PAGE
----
The Long Road to Teaching Empathy with Special Needs

Unhappy with the movie we'd chosen for the evening, my son jumped up to the television and clicked it off. Thrilled at his accomplishment, he smiled at the screen, crossed his arms and said in delight, "There." My daughter and I sat on the couch. I told her not to laugh or smile no matter how funny or cute he got. He turned to look at us. This was serious. At an age when empathy is critically important, it was imperative for him to learn how his actions affect how others feel. It is critical for him to connect cause and effect. ...more

Long Time No Write...

Well, hello... I haven't done this in over 3 years. I abandoned the thought of writing my inner, deep, personal thoughts down and entering them into cyberspace for some time now but I'm choosing to entertain it once more. I'll call it free therapy for myself. My special needs son, Riley, became even more "special" last summer and was diagnosed with Type 1 Diabetes. I cried the day he was diagnosed and then proceeded to throw a pity party for myself every time I heard the song, "Worn" by Tenth Avenue North....more
"I cried the day he was diagnosed and then proceeded to throw a pity party for myself..." -I ...more

Through the Eyes of a Little Boy with Autism

My mom loves me.  Even when I kick and scream, refuse to eat, or try to hurt myself when I’m mad.  One time right before bed I slapped her right across her face.  She didn’t get mad or yell though.  She told me “no” and put my hands by my side.  She still snuggled with me and read my books to me....more

New me

    It starts ...more

"Remember That Time David Pulled Out Your Hair Till You Bled?"

 My daughter and I got into a discussion last night about the circumstances of her birth - or more accurately, her conception....more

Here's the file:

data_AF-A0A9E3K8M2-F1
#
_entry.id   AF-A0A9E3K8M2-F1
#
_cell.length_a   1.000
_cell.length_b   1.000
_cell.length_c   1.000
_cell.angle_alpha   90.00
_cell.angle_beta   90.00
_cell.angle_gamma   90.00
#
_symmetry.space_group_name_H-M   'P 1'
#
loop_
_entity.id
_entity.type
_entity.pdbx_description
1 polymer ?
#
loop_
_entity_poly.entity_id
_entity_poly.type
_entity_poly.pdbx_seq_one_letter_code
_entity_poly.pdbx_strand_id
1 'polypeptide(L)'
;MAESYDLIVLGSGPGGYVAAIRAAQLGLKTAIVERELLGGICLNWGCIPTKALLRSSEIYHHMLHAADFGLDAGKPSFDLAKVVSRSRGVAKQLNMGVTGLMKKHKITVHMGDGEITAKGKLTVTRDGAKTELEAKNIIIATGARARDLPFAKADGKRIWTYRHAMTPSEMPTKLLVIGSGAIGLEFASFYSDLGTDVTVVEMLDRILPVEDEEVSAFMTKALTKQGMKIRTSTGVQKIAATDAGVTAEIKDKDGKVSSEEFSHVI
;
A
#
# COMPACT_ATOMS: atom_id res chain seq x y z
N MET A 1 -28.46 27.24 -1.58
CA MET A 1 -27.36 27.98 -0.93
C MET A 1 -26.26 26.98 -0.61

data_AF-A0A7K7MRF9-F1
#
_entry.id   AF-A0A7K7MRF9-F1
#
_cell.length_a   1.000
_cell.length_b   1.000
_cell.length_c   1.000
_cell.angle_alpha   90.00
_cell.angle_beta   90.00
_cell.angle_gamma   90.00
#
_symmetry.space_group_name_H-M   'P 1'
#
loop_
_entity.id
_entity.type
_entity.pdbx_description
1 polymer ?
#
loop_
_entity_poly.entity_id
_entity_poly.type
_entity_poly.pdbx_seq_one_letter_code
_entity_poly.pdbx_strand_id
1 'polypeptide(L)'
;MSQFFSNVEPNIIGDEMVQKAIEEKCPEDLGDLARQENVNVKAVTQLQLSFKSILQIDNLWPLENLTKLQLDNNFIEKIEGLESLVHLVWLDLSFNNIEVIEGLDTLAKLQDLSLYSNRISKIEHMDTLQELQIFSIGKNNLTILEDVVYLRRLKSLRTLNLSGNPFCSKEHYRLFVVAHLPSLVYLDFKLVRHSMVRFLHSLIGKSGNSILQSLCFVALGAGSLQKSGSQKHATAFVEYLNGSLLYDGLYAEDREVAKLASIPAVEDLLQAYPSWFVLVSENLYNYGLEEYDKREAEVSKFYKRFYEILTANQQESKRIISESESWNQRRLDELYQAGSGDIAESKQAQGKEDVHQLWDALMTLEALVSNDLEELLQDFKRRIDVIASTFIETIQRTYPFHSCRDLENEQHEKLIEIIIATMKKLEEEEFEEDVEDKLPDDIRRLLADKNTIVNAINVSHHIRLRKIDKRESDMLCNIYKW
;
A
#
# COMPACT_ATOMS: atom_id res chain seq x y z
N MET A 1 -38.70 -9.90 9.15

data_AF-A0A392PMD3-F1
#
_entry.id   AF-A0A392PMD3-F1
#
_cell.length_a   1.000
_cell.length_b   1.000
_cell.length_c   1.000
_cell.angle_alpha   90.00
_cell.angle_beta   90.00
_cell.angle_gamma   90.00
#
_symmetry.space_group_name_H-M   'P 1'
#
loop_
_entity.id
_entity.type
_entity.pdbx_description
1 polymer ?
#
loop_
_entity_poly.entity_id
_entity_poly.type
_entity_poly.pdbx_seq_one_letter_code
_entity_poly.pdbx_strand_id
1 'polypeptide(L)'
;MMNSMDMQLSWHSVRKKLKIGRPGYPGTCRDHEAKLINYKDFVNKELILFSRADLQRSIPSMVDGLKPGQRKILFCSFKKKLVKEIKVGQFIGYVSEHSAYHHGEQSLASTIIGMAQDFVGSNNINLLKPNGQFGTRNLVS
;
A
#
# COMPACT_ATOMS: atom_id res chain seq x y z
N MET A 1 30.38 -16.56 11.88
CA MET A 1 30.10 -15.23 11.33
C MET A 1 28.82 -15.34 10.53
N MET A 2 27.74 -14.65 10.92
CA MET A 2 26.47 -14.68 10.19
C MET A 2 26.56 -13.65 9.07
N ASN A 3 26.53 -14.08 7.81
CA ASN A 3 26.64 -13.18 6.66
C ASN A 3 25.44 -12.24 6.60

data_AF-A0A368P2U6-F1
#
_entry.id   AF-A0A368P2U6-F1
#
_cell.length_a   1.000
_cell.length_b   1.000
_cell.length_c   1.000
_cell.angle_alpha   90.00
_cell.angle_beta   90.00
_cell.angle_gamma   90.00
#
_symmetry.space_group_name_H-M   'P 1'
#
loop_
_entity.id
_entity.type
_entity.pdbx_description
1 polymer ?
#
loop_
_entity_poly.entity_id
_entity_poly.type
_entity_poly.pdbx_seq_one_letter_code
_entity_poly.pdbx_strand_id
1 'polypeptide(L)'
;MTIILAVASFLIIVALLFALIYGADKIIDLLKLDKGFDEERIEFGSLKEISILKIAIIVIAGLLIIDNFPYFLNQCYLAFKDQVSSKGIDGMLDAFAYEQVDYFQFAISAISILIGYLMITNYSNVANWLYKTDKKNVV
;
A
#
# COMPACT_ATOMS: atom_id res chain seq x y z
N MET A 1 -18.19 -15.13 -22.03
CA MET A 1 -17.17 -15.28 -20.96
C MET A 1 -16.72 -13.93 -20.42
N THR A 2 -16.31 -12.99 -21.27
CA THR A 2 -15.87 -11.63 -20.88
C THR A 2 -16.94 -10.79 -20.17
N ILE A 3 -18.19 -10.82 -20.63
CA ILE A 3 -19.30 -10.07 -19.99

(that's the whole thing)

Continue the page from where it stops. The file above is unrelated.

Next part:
Joy From Ashes

Beneath the instruction to develop a sentence was a line that read: I like mouse. I gaped in awe.This three-word sentence in mix upper and lower case letters was conceptualized and penned solely by my youngest on his assignment sheet.For the first time since he attended Kindergarten, he did not ask me to read an instruction or spell a word while working on an assignment....more

Our autism journey to a big boy bed

Brandon is three.  He has been in a crib up until about a month after his third brithday.  This is fairly old to still be in a crib.  He's had the ability to climb out of his crib for more than two years before we made the switch.  He loved his crib, and bedtime was easy peasy for me, so we went with it!  He climbed out a couple times, but that was a very rare occurance.  As active, strong, and athletic as he is, he stayed in the crib....more

Merryish and Brightish

 May your days be merry and bright! Well, not every day that we did a Christmas activity was merry and bright.  But it's okay....more

Depression and the Autism Parent

I'm at Starbucks typing this blog post at the insistence of my husband, who saw a dark cloud settling over me and knew I needed some time alone. For most of this year, I've had a decently positive attitude about my son's autism diagnosis....more

Siblings Aren't Really Family, At Least Under FMLA

Earlier this week I happened across this article in The Atlantic regarding the Family Medical Leave Act (FMLA) and its restrictions, particularly on how it defines family. The article details the case of Barbara Sapharas , whose brother became disabled in a workplace accident. He needed help caring for his children, and could not walk or drive....more
As a mother who also has a now adult child with autism, I total understand your concerns, I ...more